- Try using different spices, such as cumin, oregano, or cilantro.
What Do I Serve With Yuca En Escabeche?
This dish is excellent on its own, but I love it even more as a side. I pair it with Roasted Chicken, Chuletas Guisadas, or Puerto Rican Rice and Beans.
How To Store Leftovers
Store the yuca in an airtight container with plastic film over the surface. If at all possible, use a glass container, as the vinegar and garlic odors will cling to plastic. Refrigerate for up to a week. Freeze for up to 3 months. When ready to serve, thaw frozen yuca overnight in the fridge. Yuca can be served cold or at room temperature. If you prefer to serve it hot, warm it in a microwave until steaming.
Yuca En Escabeche
- 1 lb yuca (fresh or frozen) $1.55
- 4 tsp kosher salt, divided $0.16
- 2/3 cup olive oil $0.84
- 1/3 cup distilled white vinegar $0.41
- 3 bay leaves $0.30
- 1/2 tsp black peppercorns $0.05
- 1 tsp adobo seasoning $0.04
- 1 yellow onion, sliced in half moons $0.42
- 8 cloves garlic, thinly sliced $0.34
- 1/4 cup sliced Spanish olives (AKA Manzanilla olives ) $0.33
- 1/8 cup olive brine $0.09
- If the yuca is fresh, peel and split it into 4-inch long quarters. Remove the woody center root. If the yuca is frozen, split it into 4-inch halves. Make sure the woody center has been removed and then cut each half in half.
- Add yuca to a Dutch oven or other large heavy-bottomed pot. Add water until you cover the yuca by two inches. Add 2 teaspoons of salt. Boil until the yuca is fork-tender but not mushy, about 25 to 30 minutes. Then drain the yuca and cool.
- While the yuca cooks, set a small pot over medium-low heat. Add the olive oil and warm. Add the vinegar, peppercorns, bay leaf, remaining 2 teaspoons salt, adobo, onions, garlic, olives, and olive brine to the warm oil. Cook for 10 minutes, stirring occasionally, then remove from the heat.
- Add the yuca to a large bowl. Cover the drained yuca with escabeche. Let it sit at room temperature for at least 30 minutes to develop the flavors, then serve.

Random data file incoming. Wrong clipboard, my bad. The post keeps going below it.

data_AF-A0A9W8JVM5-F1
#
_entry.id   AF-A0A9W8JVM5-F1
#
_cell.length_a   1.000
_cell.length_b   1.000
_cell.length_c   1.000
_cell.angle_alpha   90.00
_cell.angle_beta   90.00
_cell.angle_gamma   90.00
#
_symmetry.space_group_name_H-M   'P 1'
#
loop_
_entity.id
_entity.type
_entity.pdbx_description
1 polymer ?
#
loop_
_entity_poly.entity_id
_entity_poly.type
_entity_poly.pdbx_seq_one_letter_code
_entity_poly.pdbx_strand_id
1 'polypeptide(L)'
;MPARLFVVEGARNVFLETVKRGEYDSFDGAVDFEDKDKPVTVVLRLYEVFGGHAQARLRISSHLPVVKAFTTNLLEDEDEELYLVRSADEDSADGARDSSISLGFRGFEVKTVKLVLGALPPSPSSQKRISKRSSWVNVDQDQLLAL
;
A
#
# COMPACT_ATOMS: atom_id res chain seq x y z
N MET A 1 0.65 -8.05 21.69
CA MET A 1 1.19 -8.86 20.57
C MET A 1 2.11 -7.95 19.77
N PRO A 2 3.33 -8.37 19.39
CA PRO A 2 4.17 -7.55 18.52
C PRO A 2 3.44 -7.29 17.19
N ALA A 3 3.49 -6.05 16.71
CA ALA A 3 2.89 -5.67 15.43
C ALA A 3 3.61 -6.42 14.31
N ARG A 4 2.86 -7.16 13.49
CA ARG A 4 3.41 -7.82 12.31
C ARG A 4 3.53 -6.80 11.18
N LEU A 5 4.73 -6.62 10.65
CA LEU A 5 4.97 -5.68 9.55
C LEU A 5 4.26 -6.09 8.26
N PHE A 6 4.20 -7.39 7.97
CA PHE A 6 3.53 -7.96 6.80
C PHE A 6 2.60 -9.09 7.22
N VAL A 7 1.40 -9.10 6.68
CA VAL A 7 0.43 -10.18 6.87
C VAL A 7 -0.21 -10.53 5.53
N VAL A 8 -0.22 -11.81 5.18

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How to Make Yuca En Escabeche – Step by Step Photos
Prepare 1 pound of yuca. If the yuca is fresh, peel and split it into 4-inch long quarters. Remove the woody center root. If the yuca is frozen, split it into 4-inch halves. Make sure the woody center has been removed and then cut each half in half.
Add the yuca to a Dutch oven or other large heavy-bottomed pot. Add water until you cover the yuca by two inches. Add 2 teaspoons of salt. Boil until the yuca is fork-tender but not mushy, about 25 to 30 minutes. Then drain the yuca and cool.
While the yuca cooks set a small stainless steel or enameled pot over medium-low heat. Avoid aluminum pots as highly acidic ingredients, like vinegar, can cause aluminum to leach into food, which leaves the food with a metallic taste. Add 2/3 cup of olive oil and warm. You don’t want the oil hot, just warm. Add the 1/3 cup of vinegar, 1/2 teaspoon peppercorns, 3 bay leaves, remaining 2 teaspoons salt, 1 teaspoon adobo, 1 medium onion sliced in half moons, 8 thinly sliced garlic cloves, 1/4 cup Spanish olives, and 1/8 cup of olive brine to the warm oil. Cook for 10 minutes, stirring occasionally. The onions should remain white but will wilt. Once wilted, remove from the heat.
Add the boiled yuca to a large boil and cover with the warm escabeche sauce. Allow the yuca to pickle for a minimum of 30 minutes before serving. To develop deeper flavors, cover the bowl with plastic wrap directly on the surface of the yuca and refrigerate overnight. Serve cold, at room temperature, or heat in a microwave until steaming. Enjoy this incredible dish as is or serve it with Roasted Chicken, Chuletas Guisadas, or Puerto Rican Rice and Beans!
More Puerto Rican Dishes